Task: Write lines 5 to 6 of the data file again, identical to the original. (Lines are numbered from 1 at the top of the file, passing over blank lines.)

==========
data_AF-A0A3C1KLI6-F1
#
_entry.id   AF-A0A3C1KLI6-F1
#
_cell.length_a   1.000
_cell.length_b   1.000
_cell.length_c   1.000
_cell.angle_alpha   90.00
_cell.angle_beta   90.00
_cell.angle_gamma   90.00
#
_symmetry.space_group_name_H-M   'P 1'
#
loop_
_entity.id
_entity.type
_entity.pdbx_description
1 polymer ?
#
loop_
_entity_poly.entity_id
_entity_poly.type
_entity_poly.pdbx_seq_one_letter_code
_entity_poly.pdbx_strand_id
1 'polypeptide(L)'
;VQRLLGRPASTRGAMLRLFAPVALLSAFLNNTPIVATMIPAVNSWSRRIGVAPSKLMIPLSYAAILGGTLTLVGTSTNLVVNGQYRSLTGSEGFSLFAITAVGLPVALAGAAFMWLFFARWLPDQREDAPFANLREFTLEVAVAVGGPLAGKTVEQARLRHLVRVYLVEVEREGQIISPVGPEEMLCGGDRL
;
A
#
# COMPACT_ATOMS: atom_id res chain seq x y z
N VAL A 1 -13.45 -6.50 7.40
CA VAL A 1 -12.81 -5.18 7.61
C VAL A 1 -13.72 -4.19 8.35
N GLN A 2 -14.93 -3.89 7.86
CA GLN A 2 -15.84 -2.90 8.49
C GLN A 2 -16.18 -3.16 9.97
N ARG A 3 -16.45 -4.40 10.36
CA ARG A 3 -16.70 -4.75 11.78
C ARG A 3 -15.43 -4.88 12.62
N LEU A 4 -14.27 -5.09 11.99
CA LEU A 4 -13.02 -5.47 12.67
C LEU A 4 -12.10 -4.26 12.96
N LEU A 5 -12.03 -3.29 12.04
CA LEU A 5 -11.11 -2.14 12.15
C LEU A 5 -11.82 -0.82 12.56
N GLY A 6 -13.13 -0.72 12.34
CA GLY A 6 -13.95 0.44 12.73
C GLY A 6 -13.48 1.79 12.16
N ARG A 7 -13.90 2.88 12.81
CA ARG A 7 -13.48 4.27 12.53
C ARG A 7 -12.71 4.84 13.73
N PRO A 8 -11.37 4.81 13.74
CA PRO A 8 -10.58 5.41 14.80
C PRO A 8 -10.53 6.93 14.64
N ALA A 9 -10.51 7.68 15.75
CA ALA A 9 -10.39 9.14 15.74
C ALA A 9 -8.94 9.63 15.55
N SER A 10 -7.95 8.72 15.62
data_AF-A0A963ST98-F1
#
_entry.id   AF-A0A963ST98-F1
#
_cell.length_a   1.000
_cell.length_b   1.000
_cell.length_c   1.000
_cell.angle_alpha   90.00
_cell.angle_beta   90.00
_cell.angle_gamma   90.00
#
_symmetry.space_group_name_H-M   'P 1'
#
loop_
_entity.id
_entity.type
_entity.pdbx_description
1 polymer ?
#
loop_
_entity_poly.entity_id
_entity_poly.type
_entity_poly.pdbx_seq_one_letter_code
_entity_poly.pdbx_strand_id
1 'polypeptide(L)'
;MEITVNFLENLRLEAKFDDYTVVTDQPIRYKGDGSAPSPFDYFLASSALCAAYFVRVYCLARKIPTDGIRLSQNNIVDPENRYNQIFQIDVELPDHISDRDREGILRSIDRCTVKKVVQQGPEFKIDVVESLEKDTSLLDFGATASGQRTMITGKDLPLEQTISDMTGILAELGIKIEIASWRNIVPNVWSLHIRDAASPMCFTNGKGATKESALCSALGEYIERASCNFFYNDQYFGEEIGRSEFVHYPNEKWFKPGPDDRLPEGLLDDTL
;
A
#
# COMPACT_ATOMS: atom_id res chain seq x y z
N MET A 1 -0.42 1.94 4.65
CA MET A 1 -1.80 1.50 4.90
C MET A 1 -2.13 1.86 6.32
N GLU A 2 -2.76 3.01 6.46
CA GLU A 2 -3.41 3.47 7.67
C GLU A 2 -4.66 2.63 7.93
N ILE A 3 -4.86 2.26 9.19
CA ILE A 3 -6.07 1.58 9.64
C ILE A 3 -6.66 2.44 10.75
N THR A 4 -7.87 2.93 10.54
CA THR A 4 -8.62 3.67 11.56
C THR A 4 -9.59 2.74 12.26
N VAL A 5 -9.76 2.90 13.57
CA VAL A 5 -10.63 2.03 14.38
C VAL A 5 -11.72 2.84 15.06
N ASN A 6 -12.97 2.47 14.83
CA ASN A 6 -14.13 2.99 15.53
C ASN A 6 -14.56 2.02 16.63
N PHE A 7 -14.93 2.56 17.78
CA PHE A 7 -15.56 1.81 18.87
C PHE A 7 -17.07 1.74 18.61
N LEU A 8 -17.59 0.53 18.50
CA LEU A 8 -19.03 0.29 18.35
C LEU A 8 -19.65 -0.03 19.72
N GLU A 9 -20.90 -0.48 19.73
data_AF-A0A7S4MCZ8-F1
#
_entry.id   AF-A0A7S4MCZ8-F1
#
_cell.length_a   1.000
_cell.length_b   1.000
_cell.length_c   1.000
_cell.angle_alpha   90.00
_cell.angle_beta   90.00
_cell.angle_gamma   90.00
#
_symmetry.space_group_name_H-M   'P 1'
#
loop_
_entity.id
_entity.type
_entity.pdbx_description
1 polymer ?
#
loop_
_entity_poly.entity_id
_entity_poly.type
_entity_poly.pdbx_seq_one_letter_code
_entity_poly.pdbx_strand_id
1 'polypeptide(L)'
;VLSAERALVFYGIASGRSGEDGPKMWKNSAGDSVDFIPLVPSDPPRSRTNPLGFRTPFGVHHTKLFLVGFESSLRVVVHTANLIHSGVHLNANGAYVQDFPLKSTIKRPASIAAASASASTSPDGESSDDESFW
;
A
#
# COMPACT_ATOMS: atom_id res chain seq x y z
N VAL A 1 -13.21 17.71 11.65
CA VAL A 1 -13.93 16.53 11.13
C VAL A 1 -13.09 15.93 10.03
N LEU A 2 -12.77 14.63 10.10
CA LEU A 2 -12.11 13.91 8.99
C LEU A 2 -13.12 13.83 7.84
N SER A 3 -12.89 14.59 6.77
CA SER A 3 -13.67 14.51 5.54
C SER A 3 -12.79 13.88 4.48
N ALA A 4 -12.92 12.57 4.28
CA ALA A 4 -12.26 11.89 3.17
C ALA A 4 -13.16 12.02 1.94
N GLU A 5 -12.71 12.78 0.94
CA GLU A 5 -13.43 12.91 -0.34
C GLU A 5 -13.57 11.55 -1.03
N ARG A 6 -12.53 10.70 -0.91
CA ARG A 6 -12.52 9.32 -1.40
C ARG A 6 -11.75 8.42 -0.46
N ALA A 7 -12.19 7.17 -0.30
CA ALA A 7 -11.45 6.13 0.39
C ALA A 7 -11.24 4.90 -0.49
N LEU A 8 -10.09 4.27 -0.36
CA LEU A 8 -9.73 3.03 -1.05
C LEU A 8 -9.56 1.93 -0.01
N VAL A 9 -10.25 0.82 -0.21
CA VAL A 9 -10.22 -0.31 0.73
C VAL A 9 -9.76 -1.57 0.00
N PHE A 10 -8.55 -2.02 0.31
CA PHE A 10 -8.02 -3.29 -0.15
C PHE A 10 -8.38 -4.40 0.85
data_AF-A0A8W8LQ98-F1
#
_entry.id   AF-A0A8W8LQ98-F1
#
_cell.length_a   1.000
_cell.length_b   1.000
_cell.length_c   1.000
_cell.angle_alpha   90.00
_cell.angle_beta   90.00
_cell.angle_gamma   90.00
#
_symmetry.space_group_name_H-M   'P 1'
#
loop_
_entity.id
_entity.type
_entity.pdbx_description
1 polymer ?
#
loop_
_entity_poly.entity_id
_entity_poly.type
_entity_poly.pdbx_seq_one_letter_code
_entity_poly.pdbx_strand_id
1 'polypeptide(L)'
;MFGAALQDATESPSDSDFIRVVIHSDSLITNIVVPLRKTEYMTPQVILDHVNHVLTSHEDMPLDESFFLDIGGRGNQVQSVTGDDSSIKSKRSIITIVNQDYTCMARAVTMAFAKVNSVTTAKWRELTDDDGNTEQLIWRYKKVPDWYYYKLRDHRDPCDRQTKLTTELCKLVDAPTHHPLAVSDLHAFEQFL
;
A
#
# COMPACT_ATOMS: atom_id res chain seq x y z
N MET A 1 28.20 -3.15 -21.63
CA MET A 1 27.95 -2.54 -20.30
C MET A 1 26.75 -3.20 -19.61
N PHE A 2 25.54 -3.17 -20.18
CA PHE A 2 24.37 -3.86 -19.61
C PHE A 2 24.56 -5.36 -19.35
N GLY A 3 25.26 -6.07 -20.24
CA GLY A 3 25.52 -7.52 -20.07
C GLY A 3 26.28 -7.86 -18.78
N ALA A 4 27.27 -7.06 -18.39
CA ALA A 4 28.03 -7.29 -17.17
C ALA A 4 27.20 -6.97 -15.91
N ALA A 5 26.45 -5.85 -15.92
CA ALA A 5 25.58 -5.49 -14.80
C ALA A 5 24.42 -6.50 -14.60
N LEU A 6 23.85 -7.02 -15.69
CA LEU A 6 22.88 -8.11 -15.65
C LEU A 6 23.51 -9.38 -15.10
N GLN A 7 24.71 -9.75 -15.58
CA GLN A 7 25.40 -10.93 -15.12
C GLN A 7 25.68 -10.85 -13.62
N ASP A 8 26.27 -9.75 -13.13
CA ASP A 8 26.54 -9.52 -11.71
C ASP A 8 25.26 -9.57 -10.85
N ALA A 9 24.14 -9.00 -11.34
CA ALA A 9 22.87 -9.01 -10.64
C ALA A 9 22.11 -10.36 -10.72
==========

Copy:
_cell.length_a   1.000
_cell.length_b   1.000